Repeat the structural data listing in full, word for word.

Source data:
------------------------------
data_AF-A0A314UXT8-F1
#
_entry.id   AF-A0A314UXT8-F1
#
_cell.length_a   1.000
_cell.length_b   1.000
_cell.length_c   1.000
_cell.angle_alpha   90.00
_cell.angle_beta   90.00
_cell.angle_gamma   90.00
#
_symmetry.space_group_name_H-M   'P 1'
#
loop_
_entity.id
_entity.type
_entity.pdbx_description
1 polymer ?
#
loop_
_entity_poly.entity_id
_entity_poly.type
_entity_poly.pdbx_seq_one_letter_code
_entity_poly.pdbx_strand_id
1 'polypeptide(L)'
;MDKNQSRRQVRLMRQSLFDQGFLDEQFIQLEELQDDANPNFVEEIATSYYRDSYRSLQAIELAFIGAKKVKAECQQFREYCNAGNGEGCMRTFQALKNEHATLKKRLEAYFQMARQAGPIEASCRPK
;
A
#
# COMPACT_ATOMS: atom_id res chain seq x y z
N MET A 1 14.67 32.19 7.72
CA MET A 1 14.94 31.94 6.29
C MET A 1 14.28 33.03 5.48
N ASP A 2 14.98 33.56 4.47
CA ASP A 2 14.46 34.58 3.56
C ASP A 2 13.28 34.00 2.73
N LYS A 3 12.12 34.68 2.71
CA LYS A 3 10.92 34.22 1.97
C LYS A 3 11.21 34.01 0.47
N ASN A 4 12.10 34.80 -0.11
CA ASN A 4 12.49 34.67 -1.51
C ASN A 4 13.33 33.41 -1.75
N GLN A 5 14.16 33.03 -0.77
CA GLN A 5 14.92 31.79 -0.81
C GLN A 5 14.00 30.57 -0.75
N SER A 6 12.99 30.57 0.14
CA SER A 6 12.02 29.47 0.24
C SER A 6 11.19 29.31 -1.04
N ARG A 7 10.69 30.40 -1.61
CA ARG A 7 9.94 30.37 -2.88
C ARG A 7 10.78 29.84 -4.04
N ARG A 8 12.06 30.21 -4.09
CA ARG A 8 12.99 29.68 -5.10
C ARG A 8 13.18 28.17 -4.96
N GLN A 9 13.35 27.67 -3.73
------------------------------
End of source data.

data_AF-A0A314UXT8-F1
#
_entry.id   AF-A0A314UXT8-F1
#
_cell.length_a   1.000
_cell.length_b   1.000
_cell.length_c   1.000
_cell.angle_alpha   90.00
_cell.angle_beta   90.00
_cell.angle_gamma   90.00
#
_symmetry.space_group_name_H-M   'P 1'
#
loop_
_entity.id
_entity.type
_entity.pdbx_description
1 polymer ?
#
loop_
_entity_poly.entity_id
_entity_poly.type
_entity_poly.pdbx_seq_one_letter_code
_entity_poly.pdbx_strand_id
1 'polypeptide(L)'
;MDKNQSRRQVRLMRQSLFDQGFLDEQFIQLEELQDDANPNFVEEIATSYYRDSYRSLQAIELAFIGAKKVKAECQQFREYCNAGNGEGCMRTFQALKNEHATLKKRLEAYFQMARQAGPIEASCRPK
;
A
#
# COMPACT_ATOMS: atom_id res chain seq x y z
N MET A 1 14.67 32.19 7.72
CA MET A 1 14.94 31.94 6.29
C MET A 1 14.28 33.03 5.48
N ASP A 2 14.98 33.56 4.47
CA ASP A 2 14.46 34.58 3.56
C ASP A 2 13.28 34.00 2.73
N LYS A 3 12.12 34.68 2.71
CA LYS A 3 10.92 34.22 1.97
C LYS A 3 11.21 34.01 0.47
N ASN A 4 12.10 34.80 -0.11
CA ASN A 4 12.49 34.67 -1.51
C ASN A 4 13.33 33.41 -1.75
N GLN A 5 14.16 33.03 -0.77
CA GLN A 5 14.92 31.79 -0.81
C GLN A 5 14.00 30.57 -0.75
N SER A 6 12.99 30.57 0.14
CA SER A 6 12.02 29.47 0.24
C SER A 6 11.19 29.31 -1.04
N ARG A 7 10.69 30.40 -1.61
CA ARG A 7 9.94 30.37 -2.88
C ARG A 7 10.78 29.84 -4.04
N ARG A 8 12.06 30.21 -4.09
CA ARG A 8 12.99 29.68 -5.10
C ARG A 8 13.18 28.17 -4.96
N GLN A 9 13.35 27.67 -3.73